09 Aug Meeting Peter Drew – Australia’s busiest street artist
We were blessed by a serendipitous series of connections (thanks Henry) and had Peter Drew talk to Diploma and Adv Diploma students last week.
A packed computer lab on 133 Newcastle Street in Northbridge, enjoyed Peter’s outstanding presentation — featuring amazing early viral work and examining his most recent AUSSIE campaign.
Insightful. Intelligent. And easily in my top 3 street artists of all time.
Thank you Peter for your generosity.
Below article lifted from NEWS.COM.AU: http://www.news.com.au/national/man-behind-real-australians-say-welcome-campaign-touring-the-country/news-story/f907a6f1c8d98ac89ed69ccf4c839a4e
IF you live in one of Australia’s capital cities, you’ve likely seen this poster. The artist says if you haven’t seen it yet, you will soon.
There are 1500 of these posters being plastered around the country. They feature the faces of Australians from different generations and of different origins with the word “AUSSIE”.
The artist, 32-year-old Adelaide man Peter Drew, has form when it comes to challenging Australia’s views on immigration.
He was behind the hugely-successful Real Australians Say Welcome campaign that included a 1000-strong poster drop in 2015 and was shared on social media in huge numbers.
Mr Drew told news.com.au his new project is simple: He’s targeting what he calls the “people in the middle” who belong neither to the right or the left of the political debate.
“There are people that are primed to really like this stuff and people that are primed to hate it,” he said.
“I think the audience that I’m after are people right in the middle that just need a bit of a reminder about Australia’s real identity. These people are not bigots, they’re just people who have forgotten our strength.”
Mr Drew wasn’t always so political. He says he started thinking more critically when he was living in Glasgow during the last election.
“The phrase ‘Stop the Boats’ struck me as bizarre coming from a nation of immigrants,” he said.“Before then my street art was apolitical. Since then, it’s all political.”
Australia’s treatment of refugees and asylum seekers continues to make headlines. Earlier this week, Immigration Minister Peter Dutton said refugees entering Australia will “steal jobs”. He labelled them “illiterate”.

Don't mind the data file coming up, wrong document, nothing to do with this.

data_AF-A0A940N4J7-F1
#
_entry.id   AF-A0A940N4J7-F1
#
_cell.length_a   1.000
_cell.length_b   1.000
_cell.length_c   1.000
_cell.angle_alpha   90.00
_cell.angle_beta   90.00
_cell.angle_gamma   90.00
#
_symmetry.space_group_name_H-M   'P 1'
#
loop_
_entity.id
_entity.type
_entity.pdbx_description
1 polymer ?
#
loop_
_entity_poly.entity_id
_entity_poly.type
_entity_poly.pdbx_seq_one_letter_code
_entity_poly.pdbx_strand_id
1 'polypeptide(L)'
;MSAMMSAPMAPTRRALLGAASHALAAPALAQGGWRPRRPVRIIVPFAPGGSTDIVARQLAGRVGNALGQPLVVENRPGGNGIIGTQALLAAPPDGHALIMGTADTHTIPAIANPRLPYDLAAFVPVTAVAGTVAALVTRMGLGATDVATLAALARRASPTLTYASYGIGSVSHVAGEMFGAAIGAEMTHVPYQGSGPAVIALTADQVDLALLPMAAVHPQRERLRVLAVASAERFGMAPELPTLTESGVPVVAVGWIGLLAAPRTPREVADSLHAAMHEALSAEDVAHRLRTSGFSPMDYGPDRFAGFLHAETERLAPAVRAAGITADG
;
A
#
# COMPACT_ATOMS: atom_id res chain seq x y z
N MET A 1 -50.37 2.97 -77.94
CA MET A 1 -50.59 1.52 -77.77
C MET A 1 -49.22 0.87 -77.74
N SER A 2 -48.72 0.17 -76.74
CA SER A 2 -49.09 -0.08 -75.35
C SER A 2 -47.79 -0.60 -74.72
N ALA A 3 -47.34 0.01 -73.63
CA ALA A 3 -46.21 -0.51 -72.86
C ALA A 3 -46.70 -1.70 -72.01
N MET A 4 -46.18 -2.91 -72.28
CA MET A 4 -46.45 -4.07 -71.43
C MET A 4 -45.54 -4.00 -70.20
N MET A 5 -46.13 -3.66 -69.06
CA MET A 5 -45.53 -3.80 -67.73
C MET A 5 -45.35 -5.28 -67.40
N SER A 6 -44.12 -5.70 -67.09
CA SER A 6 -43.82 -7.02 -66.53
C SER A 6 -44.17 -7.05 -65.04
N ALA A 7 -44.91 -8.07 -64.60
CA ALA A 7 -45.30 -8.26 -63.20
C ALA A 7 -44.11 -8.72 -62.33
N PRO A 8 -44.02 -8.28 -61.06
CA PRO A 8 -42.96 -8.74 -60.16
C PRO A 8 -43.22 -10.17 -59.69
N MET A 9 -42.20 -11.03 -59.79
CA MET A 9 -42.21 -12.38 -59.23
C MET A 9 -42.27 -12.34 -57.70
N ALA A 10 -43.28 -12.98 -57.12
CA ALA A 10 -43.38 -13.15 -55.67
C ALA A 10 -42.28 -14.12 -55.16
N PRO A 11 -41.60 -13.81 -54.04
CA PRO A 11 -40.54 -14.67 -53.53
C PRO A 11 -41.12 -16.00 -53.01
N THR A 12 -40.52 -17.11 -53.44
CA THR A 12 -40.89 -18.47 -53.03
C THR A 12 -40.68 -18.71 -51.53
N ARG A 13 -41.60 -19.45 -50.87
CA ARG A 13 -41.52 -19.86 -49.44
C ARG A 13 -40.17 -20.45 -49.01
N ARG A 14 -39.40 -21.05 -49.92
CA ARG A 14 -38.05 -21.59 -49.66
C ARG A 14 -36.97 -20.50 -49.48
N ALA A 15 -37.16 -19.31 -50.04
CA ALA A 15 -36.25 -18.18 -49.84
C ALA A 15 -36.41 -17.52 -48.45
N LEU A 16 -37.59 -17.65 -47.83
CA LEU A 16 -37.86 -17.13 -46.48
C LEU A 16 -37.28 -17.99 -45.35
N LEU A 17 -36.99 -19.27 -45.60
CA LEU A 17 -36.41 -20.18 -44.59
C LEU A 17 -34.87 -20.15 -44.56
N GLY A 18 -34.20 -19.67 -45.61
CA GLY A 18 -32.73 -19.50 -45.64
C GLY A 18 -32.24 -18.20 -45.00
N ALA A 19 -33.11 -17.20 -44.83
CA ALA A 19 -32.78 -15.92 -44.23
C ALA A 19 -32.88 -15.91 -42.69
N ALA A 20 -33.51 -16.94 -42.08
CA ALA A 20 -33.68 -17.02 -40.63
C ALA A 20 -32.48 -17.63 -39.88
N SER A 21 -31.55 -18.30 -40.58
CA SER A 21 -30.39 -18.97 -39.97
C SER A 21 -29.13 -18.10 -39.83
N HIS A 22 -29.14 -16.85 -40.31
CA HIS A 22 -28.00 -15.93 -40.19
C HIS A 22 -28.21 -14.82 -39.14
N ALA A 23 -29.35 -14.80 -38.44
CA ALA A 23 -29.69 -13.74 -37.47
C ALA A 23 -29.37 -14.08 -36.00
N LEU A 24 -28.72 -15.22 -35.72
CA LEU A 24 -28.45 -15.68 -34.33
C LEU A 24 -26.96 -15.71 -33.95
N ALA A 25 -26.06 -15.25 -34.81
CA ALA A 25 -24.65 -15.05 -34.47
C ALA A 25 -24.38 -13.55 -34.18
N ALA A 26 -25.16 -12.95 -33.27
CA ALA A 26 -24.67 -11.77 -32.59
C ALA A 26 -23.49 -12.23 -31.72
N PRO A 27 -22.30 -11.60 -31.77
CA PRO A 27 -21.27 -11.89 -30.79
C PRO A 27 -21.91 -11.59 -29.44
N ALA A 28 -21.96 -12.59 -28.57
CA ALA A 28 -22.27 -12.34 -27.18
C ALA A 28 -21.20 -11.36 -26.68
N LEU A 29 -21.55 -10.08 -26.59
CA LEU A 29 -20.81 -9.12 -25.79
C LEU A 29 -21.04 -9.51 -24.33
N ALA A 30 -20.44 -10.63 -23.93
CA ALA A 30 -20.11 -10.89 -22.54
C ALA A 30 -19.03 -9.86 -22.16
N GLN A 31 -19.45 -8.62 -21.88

Mr Drew says the minister’s rhetoric ignores the truth that Australia has been built on contributions from refugees for 150 years and that Australia’s “strength” is in how welcoming its people are.
The main face of his new campaign is Monga Khan, a man who left India for a life selling goods between towns in Australia. He said the image is the perfect representation of what he’s trying to achieve.
“I was in Perth the other day putting up that poster and a guy said to me, ‘That’s the least looking Aussie I’ve ever seen’.
“I told him that was the point and he saw that. There wasn’t a big discussion, it was just a reminder of who we really are.”
The artist is returning to Adelaide to print more posters this week. He’s being supported on his tour around Australia by everyday Australians. Some raised money for his flight costs, others are offering him lifts to and from prominent locations.
“Last time I did it nobody knew who I was,” he told news.com.au.
“There are people in every city offering to drive me around. I’ve met so many people from various migrant communities who have taken a liking to Monga Khan.”
His advice for Mr Dutton?
“I don’t think Peter Dutton understands how statements like (refugees are illiterate) corrode Australia’s identity. I think ending offshore detention is an opportunity to restore Australia’s identity. We need to see welcoming asylum seekers as a strength. So many Australians are waiting for that shift in the debate.”
Mr Drew is making his contribution to the debate, one poster at a time.
To support him, visit Peterdrewarts.com.